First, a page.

This is part of the dif­fer­ence between series.

I’ve heard some peo­ple con­fus­ing the words coun­sel and coun­cil. Here’s the dif­fer­ence between the two.


Coun­sel is a verb that means to give advice, or it can be a noun that refers to that advice.

  • I coun­selled her to be care­ful about the hot sauce this restau­rant served.
  • Thank you for your thought­ful coun­sel.


Coun­cil, on the oth­er hand, is a noun that refers to a body of peo­ple that gov­erns a group or orga­ni­za­tion.

  • Please sub­mit your writ­ten request to the coun­cil.
  • Six mem­bers of the coun­cil will take your side in the court.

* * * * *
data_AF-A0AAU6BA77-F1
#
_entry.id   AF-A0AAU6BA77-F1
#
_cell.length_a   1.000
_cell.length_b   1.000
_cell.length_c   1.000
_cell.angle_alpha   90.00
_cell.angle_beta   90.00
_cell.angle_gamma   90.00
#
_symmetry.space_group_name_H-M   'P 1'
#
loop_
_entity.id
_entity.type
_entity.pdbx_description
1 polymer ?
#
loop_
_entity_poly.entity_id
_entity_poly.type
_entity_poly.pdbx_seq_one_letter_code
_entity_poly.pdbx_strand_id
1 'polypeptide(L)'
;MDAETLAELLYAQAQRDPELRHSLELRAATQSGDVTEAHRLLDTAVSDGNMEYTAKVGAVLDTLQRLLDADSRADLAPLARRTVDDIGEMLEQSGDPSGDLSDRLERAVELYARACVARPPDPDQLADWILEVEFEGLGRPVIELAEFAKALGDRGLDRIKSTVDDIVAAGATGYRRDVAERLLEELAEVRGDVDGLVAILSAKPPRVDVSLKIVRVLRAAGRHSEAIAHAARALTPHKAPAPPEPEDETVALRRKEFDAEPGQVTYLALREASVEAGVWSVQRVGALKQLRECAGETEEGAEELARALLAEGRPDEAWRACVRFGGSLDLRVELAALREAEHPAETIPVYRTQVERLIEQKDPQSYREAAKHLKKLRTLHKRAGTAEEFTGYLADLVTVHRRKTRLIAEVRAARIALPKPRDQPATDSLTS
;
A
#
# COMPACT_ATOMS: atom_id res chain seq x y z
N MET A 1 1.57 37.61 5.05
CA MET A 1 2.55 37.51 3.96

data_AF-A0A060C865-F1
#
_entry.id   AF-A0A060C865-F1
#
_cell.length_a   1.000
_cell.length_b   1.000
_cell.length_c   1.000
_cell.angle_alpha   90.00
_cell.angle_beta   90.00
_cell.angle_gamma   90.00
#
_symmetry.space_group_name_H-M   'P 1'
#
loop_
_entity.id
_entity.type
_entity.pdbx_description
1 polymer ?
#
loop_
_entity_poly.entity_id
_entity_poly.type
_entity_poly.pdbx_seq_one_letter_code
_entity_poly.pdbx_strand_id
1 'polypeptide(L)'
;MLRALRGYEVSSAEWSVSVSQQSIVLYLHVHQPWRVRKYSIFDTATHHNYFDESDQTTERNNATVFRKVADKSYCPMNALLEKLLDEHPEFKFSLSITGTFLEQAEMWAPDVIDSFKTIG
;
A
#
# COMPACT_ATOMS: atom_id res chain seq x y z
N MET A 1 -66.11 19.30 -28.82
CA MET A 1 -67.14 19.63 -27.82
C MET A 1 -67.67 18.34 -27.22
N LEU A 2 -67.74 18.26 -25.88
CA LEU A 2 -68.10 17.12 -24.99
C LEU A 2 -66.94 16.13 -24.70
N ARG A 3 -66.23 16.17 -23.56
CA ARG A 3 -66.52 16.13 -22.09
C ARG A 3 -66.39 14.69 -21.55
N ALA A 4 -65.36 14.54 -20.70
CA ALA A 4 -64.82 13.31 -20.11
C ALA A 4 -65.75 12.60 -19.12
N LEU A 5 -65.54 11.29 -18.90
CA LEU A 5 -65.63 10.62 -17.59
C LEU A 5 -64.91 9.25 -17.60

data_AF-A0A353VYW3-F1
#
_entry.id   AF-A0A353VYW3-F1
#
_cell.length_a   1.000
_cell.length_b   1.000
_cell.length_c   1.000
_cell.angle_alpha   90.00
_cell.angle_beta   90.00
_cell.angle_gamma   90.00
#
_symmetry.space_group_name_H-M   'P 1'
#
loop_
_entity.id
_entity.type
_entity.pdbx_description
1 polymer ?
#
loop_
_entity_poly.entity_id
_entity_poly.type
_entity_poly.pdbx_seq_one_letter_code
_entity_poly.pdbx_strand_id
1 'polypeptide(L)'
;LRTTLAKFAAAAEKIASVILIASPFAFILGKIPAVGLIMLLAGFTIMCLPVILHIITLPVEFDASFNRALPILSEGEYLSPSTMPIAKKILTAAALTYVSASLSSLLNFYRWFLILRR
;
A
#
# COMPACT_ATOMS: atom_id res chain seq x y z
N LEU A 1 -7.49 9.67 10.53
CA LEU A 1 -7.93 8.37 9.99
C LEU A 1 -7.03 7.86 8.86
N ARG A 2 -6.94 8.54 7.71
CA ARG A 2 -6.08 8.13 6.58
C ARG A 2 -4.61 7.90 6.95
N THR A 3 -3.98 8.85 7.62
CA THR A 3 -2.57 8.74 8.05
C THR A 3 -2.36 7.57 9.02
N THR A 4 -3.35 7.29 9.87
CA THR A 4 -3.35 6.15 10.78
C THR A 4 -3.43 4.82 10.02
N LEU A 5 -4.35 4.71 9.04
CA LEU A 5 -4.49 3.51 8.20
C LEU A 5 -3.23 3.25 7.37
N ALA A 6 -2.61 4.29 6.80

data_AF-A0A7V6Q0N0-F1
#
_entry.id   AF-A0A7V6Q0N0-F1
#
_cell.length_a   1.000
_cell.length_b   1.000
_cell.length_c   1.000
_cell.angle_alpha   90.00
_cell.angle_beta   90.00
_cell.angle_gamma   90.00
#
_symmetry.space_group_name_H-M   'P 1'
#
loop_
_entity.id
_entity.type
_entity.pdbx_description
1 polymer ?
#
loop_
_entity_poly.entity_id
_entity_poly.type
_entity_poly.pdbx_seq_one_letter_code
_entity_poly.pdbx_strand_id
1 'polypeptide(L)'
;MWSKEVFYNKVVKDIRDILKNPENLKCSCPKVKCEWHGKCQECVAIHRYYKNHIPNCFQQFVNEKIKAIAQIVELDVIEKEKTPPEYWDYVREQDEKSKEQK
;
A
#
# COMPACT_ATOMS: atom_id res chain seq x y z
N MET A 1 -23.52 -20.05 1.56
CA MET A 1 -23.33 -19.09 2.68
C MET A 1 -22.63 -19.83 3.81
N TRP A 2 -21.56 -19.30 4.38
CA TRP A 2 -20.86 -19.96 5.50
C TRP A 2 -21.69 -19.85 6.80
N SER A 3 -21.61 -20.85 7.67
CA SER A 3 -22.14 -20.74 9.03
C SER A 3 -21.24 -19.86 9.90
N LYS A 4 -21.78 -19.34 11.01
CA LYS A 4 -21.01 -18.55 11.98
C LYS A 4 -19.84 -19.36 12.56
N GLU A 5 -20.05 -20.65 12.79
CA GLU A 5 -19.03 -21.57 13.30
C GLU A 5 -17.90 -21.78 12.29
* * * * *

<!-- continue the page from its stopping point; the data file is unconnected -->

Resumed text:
Which words do you con­fuse? Let me know in the com­ments below.

Inter­est­ed in more gram­mar tips like this? Sign up for our free month­ly newslet­ter.

About Kim Siever

I am a copy­writer and copy­ed­i­tor. I blog on writ­ing tips most­ly, but I some­times throw in my thoughts about run­ning a small busi­ness. Fol­low me on Twit­ter at @hotpepper.

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